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KepCorp should be leading the way in financial disclosure, not being rapped for undue reticence, says Shobha Tsering Bhalla, LycosAsia’s managing editor
How language makes fools – or innocents – of us all! Just seven months ago, butter wouldn’t have melted in Kenneth Lay’s mouth as he hyped his company, Enron, in an interview with Business Week: “The company is probably in the strongest and best shape that it has ever been,” he was quoted as saying.
Two months later, on October 16, in a press release the ex-chairman of the beleaguered company declared: “Our 26 per cent increase in profits shows the very strong results of our core wholesale and retail energy businesses and our natural gas pipelines.” Coming from the head of a Wall Street darling that styled itself as “the world’s leading company”, the statement was taken as par for the course by the media and the stock markets.
Three weeks later, Enron was forced to admit that it had overstated earnings by US$586 million for the last four years. So much for the company’s corporate double-speak and financial puffery. Destined to self-destruct as a company, Enron’s myriads of lies and layers of subterfuge will ensure that it’s built to last as a scandal.
Closer home, Keppel Corp last week admitted that it had committed an “error of judgement” when it failed to inform investors that it had granted an interest-free loan to a shareholder of subsidiary Keppel Telecommunication & Transportation.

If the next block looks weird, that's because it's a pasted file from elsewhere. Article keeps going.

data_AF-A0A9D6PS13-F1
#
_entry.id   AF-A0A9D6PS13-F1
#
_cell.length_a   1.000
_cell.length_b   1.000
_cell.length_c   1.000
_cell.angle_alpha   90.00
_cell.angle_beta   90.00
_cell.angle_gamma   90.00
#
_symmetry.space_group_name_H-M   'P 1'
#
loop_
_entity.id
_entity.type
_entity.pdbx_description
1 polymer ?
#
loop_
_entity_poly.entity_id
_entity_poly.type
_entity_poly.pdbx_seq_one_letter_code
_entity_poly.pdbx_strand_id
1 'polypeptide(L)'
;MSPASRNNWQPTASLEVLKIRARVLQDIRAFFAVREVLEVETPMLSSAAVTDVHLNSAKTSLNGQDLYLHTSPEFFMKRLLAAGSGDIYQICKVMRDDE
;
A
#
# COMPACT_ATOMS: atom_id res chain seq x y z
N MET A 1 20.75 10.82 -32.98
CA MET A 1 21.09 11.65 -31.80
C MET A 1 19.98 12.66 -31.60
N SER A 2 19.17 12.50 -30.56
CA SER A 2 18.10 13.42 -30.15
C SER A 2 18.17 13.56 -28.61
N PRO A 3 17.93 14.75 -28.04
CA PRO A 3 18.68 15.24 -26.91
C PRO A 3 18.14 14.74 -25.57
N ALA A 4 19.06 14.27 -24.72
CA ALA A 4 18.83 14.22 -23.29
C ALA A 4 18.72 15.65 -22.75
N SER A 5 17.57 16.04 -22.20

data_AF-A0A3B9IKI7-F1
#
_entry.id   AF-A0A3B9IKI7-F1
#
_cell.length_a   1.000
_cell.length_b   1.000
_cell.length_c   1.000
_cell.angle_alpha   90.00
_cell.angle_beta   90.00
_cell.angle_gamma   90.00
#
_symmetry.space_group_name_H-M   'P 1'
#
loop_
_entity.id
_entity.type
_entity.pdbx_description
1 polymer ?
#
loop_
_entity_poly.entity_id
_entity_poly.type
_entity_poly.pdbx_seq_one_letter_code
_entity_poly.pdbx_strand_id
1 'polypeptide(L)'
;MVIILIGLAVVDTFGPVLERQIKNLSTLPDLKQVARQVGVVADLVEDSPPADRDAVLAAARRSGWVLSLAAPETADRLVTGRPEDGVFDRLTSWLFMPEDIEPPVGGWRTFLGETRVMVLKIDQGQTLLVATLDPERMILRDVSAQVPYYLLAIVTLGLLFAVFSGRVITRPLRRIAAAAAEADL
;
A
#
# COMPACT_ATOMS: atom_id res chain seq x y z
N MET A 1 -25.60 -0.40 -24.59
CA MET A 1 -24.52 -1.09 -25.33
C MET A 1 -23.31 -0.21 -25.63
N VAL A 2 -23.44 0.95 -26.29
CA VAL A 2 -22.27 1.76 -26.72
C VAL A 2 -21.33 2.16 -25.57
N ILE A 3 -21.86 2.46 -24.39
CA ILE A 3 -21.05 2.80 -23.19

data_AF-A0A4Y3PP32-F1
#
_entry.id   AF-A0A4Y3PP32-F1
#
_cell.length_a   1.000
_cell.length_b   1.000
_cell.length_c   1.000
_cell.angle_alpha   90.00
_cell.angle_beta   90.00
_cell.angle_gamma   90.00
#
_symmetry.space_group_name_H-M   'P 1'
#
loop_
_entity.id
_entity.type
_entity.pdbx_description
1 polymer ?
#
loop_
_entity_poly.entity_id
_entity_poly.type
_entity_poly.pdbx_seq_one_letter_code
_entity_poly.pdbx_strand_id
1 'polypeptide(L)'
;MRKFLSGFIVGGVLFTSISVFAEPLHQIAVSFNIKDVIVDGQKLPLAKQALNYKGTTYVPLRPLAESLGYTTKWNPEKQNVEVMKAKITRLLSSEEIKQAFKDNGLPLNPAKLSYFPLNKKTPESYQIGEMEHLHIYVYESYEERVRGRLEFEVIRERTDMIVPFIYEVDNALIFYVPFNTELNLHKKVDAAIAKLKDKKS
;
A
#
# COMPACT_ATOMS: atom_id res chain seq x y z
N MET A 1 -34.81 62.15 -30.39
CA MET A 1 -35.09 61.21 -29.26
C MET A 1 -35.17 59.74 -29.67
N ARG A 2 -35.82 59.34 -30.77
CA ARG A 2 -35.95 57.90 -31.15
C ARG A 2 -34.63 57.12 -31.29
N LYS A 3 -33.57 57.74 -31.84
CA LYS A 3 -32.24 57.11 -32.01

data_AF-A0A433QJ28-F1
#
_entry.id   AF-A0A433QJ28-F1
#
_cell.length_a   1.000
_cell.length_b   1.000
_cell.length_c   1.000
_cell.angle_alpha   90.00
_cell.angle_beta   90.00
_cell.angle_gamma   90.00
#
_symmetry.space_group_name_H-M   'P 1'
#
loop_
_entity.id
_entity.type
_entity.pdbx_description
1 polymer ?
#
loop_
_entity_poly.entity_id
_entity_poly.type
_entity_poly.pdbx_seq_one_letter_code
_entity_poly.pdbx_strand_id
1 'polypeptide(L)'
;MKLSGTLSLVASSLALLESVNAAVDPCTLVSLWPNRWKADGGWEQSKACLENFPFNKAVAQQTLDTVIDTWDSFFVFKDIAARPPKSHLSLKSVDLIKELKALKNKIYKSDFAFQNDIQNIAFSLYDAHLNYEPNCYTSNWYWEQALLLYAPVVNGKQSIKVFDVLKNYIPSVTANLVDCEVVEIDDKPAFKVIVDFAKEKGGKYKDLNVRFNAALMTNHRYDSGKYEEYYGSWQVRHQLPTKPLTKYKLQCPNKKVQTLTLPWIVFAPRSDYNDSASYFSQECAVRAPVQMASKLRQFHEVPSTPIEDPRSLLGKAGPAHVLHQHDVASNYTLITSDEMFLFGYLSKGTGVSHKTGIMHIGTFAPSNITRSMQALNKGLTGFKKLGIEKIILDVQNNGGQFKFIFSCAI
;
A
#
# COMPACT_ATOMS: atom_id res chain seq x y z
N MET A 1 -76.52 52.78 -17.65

The shareholders, Americans Philip and Victor Friedman, who hold a 13.9 per cent stake or 75 million shares in KT&T, were given an interest free loan of about S$147.2 million in October 2000. This was payment to the Friedmans for a 20 per cent stake in their US-based IT services company Computer Generated Solutions.
The deal valued the Americans’ KT&T shares at around US$1.067 or S$1.80 each at the time. KepCorp said in retrospect, the loan deal ‘was a poor business judgment in view of the subsequent collapse of technology stocks’.
KepCorp had given the Friedmans a guarantee that if they sold the KT&T shares for less than US$80 million, the parent company would bear “the amount of the shortfall.”
To any shareholder worth his scrip, this would be tantamount to KepCorp undertaking to buy out the Friedmans at S$1.96 per share as opposed to the $1.10 he, the small shareholder, would get for his. As it happened, KepCorp’s decision cost it $53 million in write-off from the shortfall in the recovery of the loan for the year ended Dec 31.
Sounds like a pretty lop-sided deal. No wonder shareholders are angry.
More tellingly, until a few weeks ago, minority shareholders had been completely in the dark about the US$80 million (S$147.2 million) loan. They only got to know about it when KepCorp mentioned it for the first time early this month in a circular that it sent out on its proposed privatisation scheme.
Adding salt to minority shareholders’ wounds, KepCorp went on to refute allegations by minority shareholders that it had created a “false market” in KT&T shares. In its latest statement yesterday (March 25), it said Keppel T&T investors were at all times aware that the transaction involving the Freidmans would result in an issue of 75 million new shares – regardless of the fact that shareholders knew nothing of the loan.